“I’m amazed you could actually walk in here with hips like that” was the disheartening comment of my first specialist on seeing my X-ray back in 1995. As a relatively-young (sub-50), relatively-fit man I’d been taken aback by the sudden onset of severe pain, initially referred to the knees, but now tracked down to loss of cartilage in the hips. Memories of my mother’s last painful 10 years of life crippled by osteoarthritis were only too clear.
I suppose it’s heresy to say on a McMinn web-site, but I took to long-term use of anti-inflammatories to put off the day when I’d have to have a replacement, knowing their limited life expectancy. Pain relief was dramatic, but after 6 more years the pain began to come back, and the time had come. As an ex-squash player, I’d read of Mr McMinn’s astonishing restoration of Jonah Barrington, father of British squash, to professional play. Opinions of consultants of the Birmingham Hip Resurfacing at that time however were mixed, not surprisingly given the relative newness of the procedure.
My first consultation immediately removed all doubts; Derek McMinn’s enthusiasm, obvious integrity and impressive track record, combined with a total lack of hard sell, decided me on a BHR procedure. The operation took longer than planned; I’ll never forget Mr Minn’s comment that “it was like granulated sugar in there”, referring to severe damage in the acetabular socket which had to be repaired. Sleeping was initially difficult, but recovery proceeded smoothly enough, and I got home as planned in 5 days.
The psychology of undergoing hip surgery is interesting. Because the replacement and resurfacing procedures have such a high rate of success, there may be a tendency to underestimate the inevitable impact of the heavy engineering involved. I’m a light sleeper, and found the discomfort of the swollen leg a problem in the early stages of recovery. The elastic stocking was also a reminder of what women have put up with over the years in the name of fashion. However recovery proceeded as forecast after each of my two resurfacings, with the useful spin-off that I became an expert on the footpaths of my area during long walks on crutches, and later on sticks.
So there I was, an early member of Mr McMinn’s One-Of-Each club, having had the original BHR resurfacing on my first, and the mid-head resection BMHR procedure on my second hip. What now? Shortly before my second procedure I retired, and the family moved down to live in Poole, among the scenic wonders of Dorset. Responding to Mr McMinn’s challenge to test his technology to destruction, I decided to take on the South West Coast Path, the country’s longest and most spectacular walking trail, which begins in Poole and wanders right round the south-west coast, past Lands End, up the rugged coast of north Cornwall and eventually into the Bristol Channel, finishing at Minehead. All 630 miles of it. You can get a taste of the wonders of the path at www.southwestcoastpath.com, but nothing prepares you for the uplift you get from striding out on a breezy morning on springy turf with stunning, ever-changing views along the coast.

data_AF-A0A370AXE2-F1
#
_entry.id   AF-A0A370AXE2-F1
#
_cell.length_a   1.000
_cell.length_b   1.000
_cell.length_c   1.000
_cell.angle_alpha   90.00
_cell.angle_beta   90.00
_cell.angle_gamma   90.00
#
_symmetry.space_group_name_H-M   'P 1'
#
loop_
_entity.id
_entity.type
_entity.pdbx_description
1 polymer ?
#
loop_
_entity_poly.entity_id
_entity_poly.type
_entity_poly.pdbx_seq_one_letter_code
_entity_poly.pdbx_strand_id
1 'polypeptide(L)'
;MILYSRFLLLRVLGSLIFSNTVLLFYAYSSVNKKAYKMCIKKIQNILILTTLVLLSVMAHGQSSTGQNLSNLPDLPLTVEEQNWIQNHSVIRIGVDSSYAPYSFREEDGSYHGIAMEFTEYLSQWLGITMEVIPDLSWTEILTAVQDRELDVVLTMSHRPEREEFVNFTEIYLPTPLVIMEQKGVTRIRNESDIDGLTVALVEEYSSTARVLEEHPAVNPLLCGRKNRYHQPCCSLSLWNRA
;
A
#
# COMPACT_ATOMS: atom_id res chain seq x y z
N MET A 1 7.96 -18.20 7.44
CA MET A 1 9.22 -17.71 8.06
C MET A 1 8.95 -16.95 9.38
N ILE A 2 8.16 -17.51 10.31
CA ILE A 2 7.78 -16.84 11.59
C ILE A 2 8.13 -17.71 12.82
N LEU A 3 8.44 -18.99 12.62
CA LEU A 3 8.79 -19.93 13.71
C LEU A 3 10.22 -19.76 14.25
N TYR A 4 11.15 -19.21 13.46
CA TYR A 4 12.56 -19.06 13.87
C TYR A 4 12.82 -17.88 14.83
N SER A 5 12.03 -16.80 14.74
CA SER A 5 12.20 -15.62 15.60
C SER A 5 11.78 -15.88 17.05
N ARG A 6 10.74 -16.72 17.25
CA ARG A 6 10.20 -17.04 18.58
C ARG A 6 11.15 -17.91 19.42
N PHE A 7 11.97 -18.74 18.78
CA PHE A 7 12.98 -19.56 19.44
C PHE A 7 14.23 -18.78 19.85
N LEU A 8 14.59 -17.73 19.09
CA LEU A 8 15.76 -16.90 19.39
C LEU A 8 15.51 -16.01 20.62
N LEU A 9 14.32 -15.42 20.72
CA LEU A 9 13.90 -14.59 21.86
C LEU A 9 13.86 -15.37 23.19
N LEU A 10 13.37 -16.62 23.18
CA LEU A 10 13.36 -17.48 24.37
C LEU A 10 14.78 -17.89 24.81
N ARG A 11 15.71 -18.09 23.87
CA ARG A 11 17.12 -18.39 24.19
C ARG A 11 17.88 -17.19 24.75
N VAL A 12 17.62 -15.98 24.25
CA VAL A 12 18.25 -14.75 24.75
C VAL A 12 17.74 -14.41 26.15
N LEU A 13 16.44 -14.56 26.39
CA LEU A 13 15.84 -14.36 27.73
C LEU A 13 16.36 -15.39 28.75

Now a coast path may sound like a gentle stroll compared with the apparently more rugged Pennine Way, but the south west path is one monster roller-coaster, alternating steep, energy-sapping climbs up to the cliff tops with equally-steep, knee-wrecking descents back to sea level. By the time you complete the path you’ve climbed no less than 4 times the height of Mt Everest! After each long day of this, every bit of me ached apart from – you guessed it – my hips. Nothing. Not a twinge, squeak or clunk from either of them over the two summers during which I completed the walk.
Not a day passed on the walk when I didn’t, between focussing on where to put my foot next, consider my good fortune in belonging to the generation who timed their hip problems to coincide with the perfection by Mr McMinn and his team of the BHR procedure. Very obviously they have changed my life, and I look on my continuing long-distance walking as a small way of paying tribute to their excellence.